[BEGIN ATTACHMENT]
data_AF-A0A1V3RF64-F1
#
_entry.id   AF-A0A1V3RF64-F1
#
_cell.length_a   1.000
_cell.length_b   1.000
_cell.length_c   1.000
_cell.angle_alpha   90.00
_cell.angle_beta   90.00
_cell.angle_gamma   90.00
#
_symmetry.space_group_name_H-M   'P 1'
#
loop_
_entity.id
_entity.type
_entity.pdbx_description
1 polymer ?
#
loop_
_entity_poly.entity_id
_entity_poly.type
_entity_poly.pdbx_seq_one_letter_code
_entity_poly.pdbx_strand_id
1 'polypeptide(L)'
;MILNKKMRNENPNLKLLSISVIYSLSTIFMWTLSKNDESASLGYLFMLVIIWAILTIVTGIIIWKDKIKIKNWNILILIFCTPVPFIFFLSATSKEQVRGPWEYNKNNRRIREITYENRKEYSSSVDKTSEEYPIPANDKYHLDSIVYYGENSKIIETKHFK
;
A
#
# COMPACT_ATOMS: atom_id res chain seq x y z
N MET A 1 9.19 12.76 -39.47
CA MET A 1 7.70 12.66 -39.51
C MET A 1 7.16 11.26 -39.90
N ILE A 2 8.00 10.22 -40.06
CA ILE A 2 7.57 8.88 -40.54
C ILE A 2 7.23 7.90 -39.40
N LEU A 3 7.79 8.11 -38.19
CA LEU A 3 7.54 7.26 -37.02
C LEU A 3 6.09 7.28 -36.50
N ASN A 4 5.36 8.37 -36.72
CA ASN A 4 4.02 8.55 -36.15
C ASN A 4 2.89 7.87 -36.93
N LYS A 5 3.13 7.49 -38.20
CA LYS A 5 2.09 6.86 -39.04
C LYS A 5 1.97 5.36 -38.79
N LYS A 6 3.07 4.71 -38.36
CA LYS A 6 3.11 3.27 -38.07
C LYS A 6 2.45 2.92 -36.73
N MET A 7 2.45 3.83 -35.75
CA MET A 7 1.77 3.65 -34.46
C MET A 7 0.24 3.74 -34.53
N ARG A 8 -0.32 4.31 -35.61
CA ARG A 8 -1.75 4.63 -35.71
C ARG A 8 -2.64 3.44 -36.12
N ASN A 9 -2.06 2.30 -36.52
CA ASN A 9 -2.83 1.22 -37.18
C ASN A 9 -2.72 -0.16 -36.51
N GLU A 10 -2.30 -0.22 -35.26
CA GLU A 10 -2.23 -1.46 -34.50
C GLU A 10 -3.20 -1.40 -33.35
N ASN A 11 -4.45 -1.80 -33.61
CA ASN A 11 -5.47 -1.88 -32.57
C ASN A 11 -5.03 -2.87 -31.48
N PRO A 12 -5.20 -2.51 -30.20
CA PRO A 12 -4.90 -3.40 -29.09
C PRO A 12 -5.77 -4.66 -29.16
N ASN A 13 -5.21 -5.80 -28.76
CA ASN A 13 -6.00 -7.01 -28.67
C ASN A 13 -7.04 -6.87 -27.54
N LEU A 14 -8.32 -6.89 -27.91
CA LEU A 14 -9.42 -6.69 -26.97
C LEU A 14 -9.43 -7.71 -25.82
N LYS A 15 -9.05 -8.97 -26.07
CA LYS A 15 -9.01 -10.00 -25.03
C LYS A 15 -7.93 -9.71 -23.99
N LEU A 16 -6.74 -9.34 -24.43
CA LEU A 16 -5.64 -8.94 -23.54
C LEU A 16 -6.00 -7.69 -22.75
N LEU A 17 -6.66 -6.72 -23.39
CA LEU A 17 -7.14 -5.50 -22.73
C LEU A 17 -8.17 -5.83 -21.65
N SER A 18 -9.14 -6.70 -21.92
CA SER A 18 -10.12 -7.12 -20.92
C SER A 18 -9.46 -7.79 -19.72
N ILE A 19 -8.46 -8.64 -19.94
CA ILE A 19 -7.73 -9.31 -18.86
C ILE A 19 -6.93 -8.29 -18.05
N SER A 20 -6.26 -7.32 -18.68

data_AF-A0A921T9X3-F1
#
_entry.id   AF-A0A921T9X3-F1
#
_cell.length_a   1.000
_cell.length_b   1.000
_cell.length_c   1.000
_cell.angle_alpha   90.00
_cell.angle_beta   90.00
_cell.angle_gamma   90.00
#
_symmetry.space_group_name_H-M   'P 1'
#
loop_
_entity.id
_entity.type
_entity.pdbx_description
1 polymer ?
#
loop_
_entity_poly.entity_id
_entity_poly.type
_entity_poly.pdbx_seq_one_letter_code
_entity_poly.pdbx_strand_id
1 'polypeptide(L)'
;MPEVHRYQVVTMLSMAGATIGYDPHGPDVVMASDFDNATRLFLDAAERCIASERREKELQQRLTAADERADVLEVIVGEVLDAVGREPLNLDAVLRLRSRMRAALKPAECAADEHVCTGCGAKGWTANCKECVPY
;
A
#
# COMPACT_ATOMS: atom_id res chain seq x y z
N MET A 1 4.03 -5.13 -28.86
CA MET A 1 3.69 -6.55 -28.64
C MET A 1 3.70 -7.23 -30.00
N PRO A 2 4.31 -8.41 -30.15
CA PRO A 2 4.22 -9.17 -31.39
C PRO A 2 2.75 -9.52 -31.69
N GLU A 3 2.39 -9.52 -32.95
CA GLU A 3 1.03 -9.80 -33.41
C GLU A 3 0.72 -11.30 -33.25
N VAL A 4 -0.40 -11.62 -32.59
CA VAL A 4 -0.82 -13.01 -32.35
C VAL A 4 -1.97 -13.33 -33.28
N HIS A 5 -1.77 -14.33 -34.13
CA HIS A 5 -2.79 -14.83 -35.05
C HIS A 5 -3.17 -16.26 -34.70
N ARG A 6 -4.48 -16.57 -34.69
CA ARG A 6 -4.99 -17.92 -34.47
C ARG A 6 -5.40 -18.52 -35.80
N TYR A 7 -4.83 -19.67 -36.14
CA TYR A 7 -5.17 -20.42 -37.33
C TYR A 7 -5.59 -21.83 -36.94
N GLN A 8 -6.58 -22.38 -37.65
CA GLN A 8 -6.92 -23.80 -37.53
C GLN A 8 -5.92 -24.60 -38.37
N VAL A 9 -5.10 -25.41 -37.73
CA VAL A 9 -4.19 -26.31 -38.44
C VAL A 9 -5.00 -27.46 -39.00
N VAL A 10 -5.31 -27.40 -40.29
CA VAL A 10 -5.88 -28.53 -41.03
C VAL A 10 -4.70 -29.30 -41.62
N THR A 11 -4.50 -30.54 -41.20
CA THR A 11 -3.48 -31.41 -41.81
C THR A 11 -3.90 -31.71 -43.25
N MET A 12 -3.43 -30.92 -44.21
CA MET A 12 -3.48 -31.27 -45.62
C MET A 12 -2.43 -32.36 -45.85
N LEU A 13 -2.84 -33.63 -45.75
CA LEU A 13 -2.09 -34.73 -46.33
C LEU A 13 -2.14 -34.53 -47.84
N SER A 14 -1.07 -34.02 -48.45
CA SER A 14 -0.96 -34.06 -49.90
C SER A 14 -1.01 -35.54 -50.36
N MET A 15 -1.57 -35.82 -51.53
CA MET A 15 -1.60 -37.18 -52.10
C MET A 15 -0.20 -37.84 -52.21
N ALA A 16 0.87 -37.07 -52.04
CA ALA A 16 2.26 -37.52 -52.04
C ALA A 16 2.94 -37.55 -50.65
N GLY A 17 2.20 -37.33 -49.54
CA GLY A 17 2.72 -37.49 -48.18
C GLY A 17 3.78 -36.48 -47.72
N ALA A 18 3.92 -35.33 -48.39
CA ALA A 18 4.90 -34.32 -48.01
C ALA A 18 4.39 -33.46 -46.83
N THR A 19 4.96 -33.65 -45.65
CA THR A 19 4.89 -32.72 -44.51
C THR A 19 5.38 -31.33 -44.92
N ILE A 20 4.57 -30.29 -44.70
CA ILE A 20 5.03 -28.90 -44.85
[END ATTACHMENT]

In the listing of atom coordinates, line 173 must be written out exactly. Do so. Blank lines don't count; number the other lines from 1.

N THR A 19 4.96 -33.65 -45.65